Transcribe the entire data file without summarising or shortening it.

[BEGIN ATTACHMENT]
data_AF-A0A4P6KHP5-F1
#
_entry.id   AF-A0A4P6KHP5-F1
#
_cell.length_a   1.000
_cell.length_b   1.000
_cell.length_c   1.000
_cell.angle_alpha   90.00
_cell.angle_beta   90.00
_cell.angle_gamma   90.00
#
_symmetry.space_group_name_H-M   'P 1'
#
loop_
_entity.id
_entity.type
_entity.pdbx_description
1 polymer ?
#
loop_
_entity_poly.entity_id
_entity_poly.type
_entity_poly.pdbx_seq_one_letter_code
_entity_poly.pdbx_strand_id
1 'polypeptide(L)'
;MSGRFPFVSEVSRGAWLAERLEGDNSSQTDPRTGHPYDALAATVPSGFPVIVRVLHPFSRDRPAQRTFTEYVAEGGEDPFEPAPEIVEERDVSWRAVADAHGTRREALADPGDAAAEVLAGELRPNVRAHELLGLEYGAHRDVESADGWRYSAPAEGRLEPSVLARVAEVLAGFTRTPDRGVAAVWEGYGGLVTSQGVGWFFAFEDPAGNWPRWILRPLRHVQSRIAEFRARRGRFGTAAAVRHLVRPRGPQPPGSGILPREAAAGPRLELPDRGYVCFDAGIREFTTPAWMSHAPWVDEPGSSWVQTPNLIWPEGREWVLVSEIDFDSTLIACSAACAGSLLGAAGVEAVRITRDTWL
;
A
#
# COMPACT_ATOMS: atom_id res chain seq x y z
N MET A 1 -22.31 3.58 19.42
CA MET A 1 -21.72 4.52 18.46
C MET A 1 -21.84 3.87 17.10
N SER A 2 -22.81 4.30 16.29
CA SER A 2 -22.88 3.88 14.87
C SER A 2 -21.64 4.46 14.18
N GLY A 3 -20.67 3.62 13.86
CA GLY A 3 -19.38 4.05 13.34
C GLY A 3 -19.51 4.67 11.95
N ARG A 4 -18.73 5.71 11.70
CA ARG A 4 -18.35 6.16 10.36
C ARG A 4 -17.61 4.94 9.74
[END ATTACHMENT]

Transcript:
data_AF-A0A4P6KHP5-F1
#
_entry.id   AF-A0A4P6KHP5-F1
#
_cell.length_a   1.000
_cell.length_b   1.000
_cell.length_c   1.000
_cell.angle_alpha   90.00
_cell.angle_beta   90.00
_cell.angle_gamma   90.00
#
_symmetry.space_group_name_H-M   'P 1'
#
loop_
_entity.id
_entity.type
_entity.pdbx_description
1 polymer ?
#
loop_
_entity_poly.entity_id
_entity_poly.type
_entity_poly.pdbx_seq_one_letter_code
_entity_poly.pdbx_strand_id
1 'polypeptide(L)'
;MSGRFPFVSEVSRGAWLAERLEGDNSSQTDPRTGHPYDALAATVPSGFPVIVRVLHPFSRDRPAQRTFTEYVAEGGEDPFEPAPEIVEERDVSWRAVADAHGTRREALADPGDAAAEVLAGELRPNVRAHELLGLEYGAHRDVESADGWRYSAPAEGRLEPSVLARVAEVLAGFTRTPDRGVAAVWEGYGGLVTSQGVGWFFAFEDPAGNWPRWILRPLRHVQSRIAEFRARRGRFGTAAAVRHLVRPRGPQPPGSGILPREAAAGPRLELPDRGYVCFDAGIREFTTPAWMSHAPWVDEPGSSWVQTPNLIWPEGREWVLVSEIDFDSTLIACSAACAGSLLGAAGVEAVRITRDTWL
;
A
#
# COMPACT_ATOMS: atom_id res chain seq x y z
N MET A 1 -22.31 3.58 19.42
CA MET A 1 -21.72 4.52 18.46
C MET A 1 -21.84 3.87 17.10
N SER A 2 -22.81 4.30 16.29
CA SER A 2 -22.88 3.88 14.87
C SER A 2 -21.64 4.46 14.18
N GLY A 3 -20.67 3.62 13.86
CA GLY A 3 -19.38 4.05 13.34
C GLY A 3 -19.51 4.67 11.95
N ARG A 4 -18.73 5.71 11.70
CA ARG A 4 -18.35 6.16 10.36
C ARG A 4 -17.61 4.94 9.74